Brown-Forman markets Pepe Lopez Gold and Silver tequilas, and in January introduced its entry into the superpremium category, Don Eduardo Tequila. Don Eduardo Silver sells for about $40, and the Añejo for about $38. The Silver is triple-distilled, and the Añejo is aged for two years in first-use bourbon barrels. The brands are now available in Southwestern markets and will roll into major national metro markets throughout the year. Later this year, the company will roll out 8-year-old Don Eduardo Anniversario.

“The 100% blue agave tequilas are hot, and typically synonymous with premium,” said Jay Maltby, president and chief operating officer of Todhunter Imports, whose tequila brands include Porfidio (Single-Barrel Añejo, Plata and Reposado) and Barrique. Americans, he added, have “begun to discover the flavor of the agave, and the cognac-like qualities of the 100% blue agave tequilas that are oak-aged and treated very much like cognacs, fine rums or single malt Scotches. It’s happening in every category.”

Porfidio Single-Barrel Añejo, known for the glass cactus in the bottle, sells in the $80 to $90 range. Plata Porfidio is a triple-distilled white tequila priced at $39. The Reposado sells for $70 to $80. Barrique, which is aged in French limousin oak casks and packaged in hand-blown crystal liter bottles, sells for $500.

“We keep hearing from the field that Martinis and Margaritas are the hot drinks,” said Sharon Keld, marketing manager for tequilas for Barton Brands, which markets value-priced Montezuma and El Toro tequilas as well as Monte Alban Mezcal. “Anything can be called a Martini now — any basically white spirits and any mixer is the ‘so-and-so’ Martini. I think the same thing is happening to Margaritas. It’s not just tequila plus Margarita mix. It can be an ‘X’- Margarita now, also.”

The more consumers get to know about a spirit, the more importance is attached to the specifics of ingredients and production. “If you’re looking for tequila in its purest form, 100% agave really is the single malt of tequila,” said Mike Ginley, Allied Domecq Spirits USA’s marketing director for Sauza Tequila. “By standard of definition, all tequila must contain at least 51% agave, and the other 49% can be made up of grain-neutral spirits. So those tequilas are more like blends. But 100% agave products are pure tequila.”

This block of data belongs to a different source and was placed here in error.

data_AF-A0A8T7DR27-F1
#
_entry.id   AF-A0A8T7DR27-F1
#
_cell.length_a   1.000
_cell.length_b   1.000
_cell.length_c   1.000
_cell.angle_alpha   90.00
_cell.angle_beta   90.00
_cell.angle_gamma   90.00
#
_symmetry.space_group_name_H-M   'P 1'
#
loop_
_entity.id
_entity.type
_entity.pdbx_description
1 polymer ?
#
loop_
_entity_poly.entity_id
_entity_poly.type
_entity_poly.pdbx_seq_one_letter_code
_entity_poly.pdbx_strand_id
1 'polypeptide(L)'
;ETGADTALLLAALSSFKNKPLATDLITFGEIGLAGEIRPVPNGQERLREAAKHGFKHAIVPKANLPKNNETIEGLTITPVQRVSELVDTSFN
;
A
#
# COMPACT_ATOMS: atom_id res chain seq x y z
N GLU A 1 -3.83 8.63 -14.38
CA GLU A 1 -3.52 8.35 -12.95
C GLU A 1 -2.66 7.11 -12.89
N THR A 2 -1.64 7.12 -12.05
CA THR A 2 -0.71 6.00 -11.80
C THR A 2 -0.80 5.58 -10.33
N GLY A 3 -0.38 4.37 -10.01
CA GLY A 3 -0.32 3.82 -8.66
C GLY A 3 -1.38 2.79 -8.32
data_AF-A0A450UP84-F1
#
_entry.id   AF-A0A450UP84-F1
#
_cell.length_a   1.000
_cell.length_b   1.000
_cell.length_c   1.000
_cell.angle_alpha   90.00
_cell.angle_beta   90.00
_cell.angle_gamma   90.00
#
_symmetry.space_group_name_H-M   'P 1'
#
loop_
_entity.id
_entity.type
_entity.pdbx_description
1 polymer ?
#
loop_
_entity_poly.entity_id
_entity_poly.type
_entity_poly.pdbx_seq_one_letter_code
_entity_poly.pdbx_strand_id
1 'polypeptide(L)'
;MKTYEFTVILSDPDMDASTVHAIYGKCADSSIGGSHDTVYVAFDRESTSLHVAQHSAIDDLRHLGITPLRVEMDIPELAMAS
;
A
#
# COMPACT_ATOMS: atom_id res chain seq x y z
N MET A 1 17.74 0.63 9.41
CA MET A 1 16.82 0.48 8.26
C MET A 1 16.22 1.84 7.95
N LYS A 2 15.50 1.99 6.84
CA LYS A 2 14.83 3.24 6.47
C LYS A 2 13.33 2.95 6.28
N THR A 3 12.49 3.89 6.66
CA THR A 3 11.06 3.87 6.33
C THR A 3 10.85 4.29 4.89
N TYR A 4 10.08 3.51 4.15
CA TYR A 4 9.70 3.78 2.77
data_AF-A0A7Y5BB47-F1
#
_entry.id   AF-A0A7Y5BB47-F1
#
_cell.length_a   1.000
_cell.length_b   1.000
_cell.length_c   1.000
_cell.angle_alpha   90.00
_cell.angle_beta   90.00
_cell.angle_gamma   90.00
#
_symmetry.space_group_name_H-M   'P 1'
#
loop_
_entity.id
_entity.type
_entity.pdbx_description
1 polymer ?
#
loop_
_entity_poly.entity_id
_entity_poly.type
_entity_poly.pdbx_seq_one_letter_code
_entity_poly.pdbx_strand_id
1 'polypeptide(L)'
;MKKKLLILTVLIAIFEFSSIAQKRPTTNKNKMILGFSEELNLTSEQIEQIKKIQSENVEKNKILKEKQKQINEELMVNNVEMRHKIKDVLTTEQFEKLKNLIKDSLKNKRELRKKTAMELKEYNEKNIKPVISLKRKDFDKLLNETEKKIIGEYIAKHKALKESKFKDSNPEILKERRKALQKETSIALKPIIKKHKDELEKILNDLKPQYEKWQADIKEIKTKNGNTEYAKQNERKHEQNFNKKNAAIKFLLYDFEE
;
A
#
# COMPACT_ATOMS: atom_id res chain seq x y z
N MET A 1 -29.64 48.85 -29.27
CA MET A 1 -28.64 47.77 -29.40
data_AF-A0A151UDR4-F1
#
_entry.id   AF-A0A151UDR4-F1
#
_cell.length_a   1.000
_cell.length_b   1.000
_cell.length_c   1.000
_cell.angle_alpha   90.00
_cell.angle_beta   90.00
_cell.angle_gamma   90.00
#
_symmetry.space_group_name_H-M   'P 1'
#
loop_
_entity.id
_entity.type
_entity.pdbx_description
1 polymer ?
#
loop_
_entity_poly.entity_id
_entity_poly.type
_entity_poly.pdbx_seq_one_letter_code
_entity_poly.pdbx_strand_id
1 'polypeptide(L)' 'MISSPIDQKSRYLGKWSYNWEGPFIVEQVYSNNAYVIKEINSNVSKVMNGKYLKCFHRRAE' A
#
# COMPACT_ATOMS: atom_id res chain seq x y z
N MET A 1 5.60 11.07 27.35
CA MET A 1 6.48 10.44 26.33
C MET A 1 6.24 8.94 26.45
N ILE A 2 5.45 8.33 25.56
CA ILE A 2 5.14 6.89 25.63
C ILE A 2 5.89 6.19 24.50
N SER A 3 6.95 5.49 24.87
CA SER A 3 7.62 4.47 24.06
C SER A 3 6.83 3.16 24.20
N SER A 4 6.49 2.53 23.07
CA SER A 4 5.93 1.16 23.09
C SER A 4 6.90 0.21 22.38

Hundreds of varieties of agave plants grow throughout Mexico and the Southwestern U.S., but tequila can only be made from one, the blue agave, which only grows in the area immediately surrounding the Mexican town of Tequila.

New Products Galore

The story of the tequila market continues to be the explosion of product introductions hitting the market.

Allied Domecq Spirits, USA, which markets Sauza Gold and Silver, Conmemorativo, Tres Generaciones, Hornitos and Galardon introduced Triada most recently. Retailing at $45 a bottle, Triada was first rolled into markets in Texas and Florida, and has since gone national. Sauza Gold and Silver retail for $10, with Conmemorativo and Hornitos for $18 to $20 range. Tres Generaciones sells for $35 to $40, while Galardon is priced at $30 to $35.

With more and more new product activity “and more consumers seeking out those ‘discovery’ brands in the ultra-premium arena,” said Ginley, “we wanted to strengthen our position in that segment of the market.”

Triada becomes the third leg, along with Tres and Galardon, of what the company refers to as its Sauza Estate Collection. It is differentiated by its aging process, in which 100% agave is distilled in copper pot stills. It is then aged first as a reposado, then is placed in añejo barrels that have been decharred by hand to give the product more exposure to wood. It is then held until it attains its añejo status. Its story is told to consumers via educational neckers on each bottle.